What goals are you going to set for this summer? Let me know below, and we can help keep each other motivated!
For more information on National Physical Fitness and Sports month visit http://healthfinder.gov/NHO/PDFs/MayNHOToolkit.pdf
Recently there was a video that went viral regarding a job posting for “The Toughest Job in the World,” spoiler alert: it was for being a Mom. It was specifically for those Moms who dedicate every waking moment (apparently without any breaks, sleep or designated meals) to being the care giver to their children, aka the Stay at Home Mom. But what about all those amazing men out there who do all of those things? Yes, I realize that this video – designed as an advertisement for a greeting card company – was for Mother’s Day, but I think that it perpetuates the stereotype that women will be the primary care giver, and not men. And this is simply not the case. It excludes an entire segment of an occupation based on gender alone.
I don’t think that a lot of people realize how much prejudice there can be surrounding Stay at Home Dads compared to Stay at Home Moms. I have seen my husband face this time and time again. More than once he has been treated as a second rate parent by strangers and had people say and do incredibly rude and demeaning things. Many people probably don’t even realize that they are perpetuating the stereotype that men aren’t good parents and that women have to do all of the care giving. It is so ingrained in our society, that many don’t know how many priviledges are given to women compared to men in regards to daily parenting activities.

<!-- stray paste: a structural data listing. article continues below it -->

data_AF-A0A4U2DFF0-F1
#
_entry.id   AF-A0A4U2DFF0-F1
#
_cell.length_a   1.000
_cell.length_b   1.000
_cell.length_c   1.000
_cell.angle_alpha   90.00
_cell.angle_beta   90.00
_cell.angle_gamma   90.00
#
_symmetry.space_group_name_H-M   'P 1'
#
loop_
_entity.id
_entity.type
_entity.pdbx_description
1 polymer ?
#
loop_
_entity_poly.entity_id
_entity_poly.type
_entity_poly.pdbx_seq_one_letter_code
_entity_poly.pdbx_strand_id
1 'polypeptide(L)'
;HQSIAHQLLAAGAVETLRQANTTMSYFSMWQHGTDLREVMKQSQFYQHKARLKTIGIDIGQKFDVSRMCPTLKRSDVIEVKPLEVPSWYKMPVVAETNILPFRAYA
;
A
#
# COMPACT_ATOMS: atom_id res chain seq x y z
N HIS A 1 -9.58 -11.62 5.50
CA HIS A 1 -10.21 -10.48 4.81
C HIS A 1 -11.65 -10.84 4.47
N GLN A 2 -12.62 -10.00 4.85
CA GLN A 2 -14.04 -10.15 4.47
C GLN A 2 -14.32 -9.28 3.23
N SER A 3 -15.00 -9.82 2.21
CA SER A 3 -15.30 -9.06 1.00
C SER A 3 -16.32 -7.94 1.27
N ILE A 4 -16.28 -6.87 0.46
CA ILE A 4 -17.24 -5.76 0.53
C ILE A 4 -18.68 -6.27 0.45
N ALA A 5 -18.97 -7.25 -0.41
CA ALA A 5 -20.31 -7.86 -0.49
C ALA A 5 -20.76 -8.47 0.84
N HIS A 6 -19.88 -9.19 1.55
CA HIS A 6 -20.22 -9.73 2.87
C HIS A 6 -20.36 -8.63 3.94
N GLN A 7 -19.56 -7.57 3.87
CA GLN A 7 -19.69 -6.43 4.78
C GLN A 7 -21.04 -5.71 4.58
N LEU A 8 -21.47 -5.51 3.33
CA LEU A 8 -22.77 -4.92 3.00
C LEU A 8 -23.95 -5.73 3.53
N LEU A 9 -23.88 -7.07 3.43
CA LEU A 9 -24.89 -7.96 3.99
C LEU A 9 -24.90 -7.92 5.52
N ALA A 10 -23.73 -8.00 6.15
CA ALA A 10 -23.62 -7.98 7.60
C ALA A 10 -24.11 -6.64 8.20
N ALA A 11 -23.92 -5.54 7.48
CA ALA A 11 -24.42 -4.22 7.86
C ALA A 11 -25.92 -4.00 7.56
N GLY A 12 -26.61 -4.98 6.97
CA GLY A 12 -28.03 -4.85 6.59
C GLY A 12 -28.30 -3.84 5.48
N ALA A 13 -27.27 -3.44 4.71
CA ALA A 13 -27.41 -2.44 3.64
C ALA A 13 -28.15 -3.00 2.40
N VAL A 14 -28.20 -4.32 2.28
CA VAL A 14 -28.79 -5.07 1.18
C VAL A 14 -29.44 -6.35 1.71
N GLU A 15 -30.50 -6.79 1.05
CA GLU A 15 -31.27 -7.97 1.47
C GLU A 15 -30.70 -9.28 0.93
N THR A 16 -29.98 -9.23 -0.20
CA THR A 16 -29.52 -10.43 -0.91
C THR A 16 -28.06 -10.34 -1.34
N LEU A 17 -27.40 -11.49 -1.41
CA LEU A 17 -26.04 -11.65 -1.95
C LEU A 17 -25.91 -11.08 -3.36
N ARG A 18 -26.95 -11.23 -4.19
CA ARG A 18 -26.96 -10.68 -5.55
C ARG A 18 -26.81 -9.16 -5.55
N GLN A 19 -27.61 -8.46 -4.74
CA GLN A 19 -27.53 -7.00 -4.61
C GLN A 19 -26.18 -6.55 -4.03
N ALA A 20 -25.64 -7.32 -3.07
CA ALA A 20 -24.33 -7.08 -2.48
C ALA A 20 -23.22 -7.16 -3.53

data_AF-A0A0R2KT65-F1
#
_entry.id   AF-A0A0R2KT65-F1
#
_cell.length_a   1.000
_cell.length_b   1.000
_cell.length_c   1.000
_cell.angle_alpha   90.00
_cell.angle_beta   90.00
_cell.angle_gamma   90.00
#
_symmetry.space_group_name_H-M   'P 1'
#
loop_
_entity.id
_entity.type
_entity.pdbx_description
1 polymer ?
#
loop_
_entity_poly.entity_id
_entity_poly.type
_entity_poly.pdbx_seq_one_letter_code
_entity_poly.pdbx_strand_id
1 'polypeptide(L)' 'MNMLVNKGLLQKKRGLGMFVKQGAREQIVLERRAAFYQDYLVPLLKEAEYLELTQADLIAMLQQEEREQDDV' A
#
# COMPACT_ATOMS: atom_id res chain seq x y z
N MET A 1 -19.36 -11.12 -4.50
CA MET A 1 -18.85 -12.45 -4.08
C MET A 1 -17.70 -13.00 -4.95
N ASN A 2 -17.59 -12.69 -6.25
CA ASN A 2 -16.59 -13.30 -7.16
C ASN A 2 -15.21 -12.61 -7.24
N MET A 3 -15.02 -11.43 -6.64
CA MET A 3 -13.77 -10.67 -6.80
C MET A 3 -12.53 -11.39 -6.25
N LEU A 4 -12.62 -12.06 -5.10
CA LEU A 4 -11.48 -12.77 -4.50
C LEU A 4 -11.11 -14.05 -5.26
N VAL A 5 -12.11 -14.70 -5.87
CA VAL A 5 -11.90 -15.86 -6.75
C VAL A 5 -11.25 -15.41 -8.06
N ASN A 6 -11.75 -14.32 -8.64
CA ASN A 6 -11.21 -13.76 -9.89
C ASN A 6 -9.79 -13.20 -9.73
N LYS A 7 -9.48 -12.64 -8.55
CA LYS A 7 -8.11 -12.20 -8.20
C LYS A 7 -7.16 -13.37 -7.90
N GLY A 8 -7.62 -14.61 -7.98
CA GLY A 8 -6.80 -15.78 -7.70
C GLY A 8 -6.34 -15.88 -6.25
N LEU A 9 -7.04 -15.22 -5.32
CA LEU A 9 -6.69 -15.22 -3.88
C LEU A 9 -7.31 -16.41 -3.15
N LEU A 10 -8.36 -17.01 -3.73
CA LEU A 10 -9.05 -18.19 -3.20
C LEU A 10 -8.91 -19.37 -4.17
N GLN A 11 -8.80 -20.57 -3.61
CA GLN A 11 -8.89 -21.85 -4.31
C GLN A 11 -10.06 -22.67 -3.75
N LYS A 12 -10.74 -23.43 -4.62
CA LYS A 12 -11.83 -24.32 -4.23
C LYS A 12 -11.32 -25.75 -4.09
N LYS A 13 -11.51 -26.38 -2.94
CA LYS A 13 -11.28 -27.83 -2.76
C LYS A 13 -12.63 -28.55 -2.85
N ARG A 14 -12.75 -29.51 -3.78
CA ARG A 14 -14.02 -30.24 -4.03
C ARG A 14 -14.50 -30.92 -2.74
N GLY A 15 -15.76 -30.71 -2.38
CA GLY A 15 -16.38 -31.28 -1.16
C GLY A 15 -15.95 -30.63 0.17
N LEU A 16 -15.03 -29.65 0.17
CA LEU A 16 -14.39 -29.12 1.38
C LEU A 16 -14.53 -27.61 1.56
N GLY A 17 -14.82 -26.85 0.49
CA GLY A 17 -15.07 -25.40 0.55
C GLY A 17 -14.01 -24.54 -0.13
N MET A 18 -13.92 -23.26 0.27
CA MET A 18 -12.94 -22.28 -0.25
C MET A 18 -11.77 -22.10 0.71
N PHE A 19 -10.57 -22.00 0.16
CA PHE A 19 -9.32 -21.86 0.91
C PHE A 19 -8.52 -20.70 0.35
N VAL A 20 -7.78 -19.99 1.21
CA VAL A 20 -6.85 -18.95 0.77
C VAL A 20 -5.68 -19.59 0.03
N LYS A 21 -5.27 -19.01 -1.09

Here is a short (not all inclusive) list of things that SAHM are privileged to have that many SAHD do not have, simply because they are male.
As a SAHM:
1. I can if I wish arrange to be in the company of other Stay at Home Parents of my gender most of the time.
2. I can go shopping alone with my child most of the time without strangers assuming I have kidnapped said child.
3. I can turn on the television or open the most recent parenting magazine and find other Stay at Home Parents of my gender represented.
4. I can attend events designed for parents and children to attend together and know that there will be another Stay at Home Parent of my gender in attendance (ie Toddler and Me Music, Story Time at the Library, Tumble Time for Toddlers, Swim Lessons, etc)
5. I can let my child fuss in public without strangers making comments about my genders lack of parenting instinct.